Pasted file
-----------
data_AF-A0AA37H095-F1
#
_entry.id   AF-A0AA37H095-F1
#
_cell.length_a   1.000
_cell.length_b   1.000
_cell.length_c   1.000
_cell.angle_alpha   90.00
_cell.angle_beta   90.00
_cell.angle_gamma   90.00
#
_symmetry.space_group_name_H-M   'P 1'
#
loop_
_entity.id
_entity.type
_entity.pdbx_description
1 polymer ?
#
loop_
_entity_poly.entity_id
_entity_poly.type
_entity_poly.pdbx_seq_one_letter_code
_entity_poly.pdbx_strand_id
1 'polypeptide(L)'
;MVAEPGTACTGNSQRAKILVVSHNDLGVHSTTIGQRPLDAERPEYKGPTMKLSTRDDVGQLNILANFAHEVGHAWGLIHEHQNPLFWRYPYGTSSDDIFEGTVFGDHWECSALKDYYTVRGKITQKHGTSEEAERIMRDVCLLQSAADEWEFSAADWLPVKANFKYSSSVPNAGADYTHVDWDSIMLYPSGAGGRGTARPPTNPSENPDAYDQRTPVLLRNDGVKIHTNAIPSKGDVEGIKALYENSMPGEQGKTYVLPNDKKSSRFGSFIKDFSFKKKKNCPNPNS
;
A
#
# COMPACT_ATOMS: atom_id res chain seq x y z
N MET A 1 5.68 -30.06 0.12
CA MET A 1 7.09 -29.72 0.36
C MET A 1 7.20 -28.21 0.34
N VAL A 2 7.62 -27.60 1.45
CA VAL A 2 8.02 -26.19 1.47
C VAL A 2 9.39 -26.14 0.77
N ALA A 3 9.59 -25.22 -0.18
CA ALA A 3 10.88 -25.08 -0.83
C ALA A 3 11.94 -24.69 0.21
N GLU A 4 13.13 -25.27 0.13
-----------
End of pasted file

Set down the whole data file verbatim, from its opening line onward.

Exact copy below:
data_AF-A0AA37H095-F1
#
_entry.id   AF-A0AA37H095-F1
#
_cell.length_a   1.000
_cell.length_b   1.000
_cell.length_c   1.000
_cell.angle_alpha   90.00
_cell.angle_beta   90.00
_cell.angle_gamma   90.00
#
_symmetry.space_group_name_H-M   'P 1'
#
loop_
_entity.id
_entity.type
_entity.pdbx_description
1 polymer ?
#
loop_
_entity_poly.entity_id
_entity_poly.type
_entity_poly.pdbx_seq_one_letter_code
_entity_poly.pdbx_strand_id
1 'polypeptide(L)'
;MVAEPGTACTGNSQRAKILVVSHNDLGVHSTTIGQRPLDAERPEYKGPTMKLSTRDDVGQLNILANFAHEVGHAWGLIHEHQNPLFWRYPYGTSSDDIFEGTVFGDHWECSALKDYYTVRGKITQKHGTSEEAERIMRDVCLLQSAADEWEFSAADWLPVKANFKYSSSVPNAGADYTHVDWDSIMLYPSGAGGRGTARPPTNPSENPDAYDQRTPVLLRNDGVKIHTNAIPSKGDVEGIKALYENSMPGEQGKTYVLPNDKKSSRFGSFIKDFSFKKKKNCPNPNS
;
A
#
# COMPACT_ATOMS: atom_id res chain seq x y z
N MET A 1 5.68 -30.06 0.12
CA MET A 1 7.09 -29.72 0.36
C MET A 1 7.20 -28.21 0.34
N VAL A 2 7.62 -27.60 1.45
CA VAL A 2 8.02 -26.19 1.47
C VAL A 2 9.39 -26.14 0.77
N ALA A 3 9.59 -25.22 -0.18
CA ALA A 3 10.88 -25.08 -0.83
C ALA A 3 11.94 -24.69 0.21
N GLU A 4 13.13 -25.27 0.13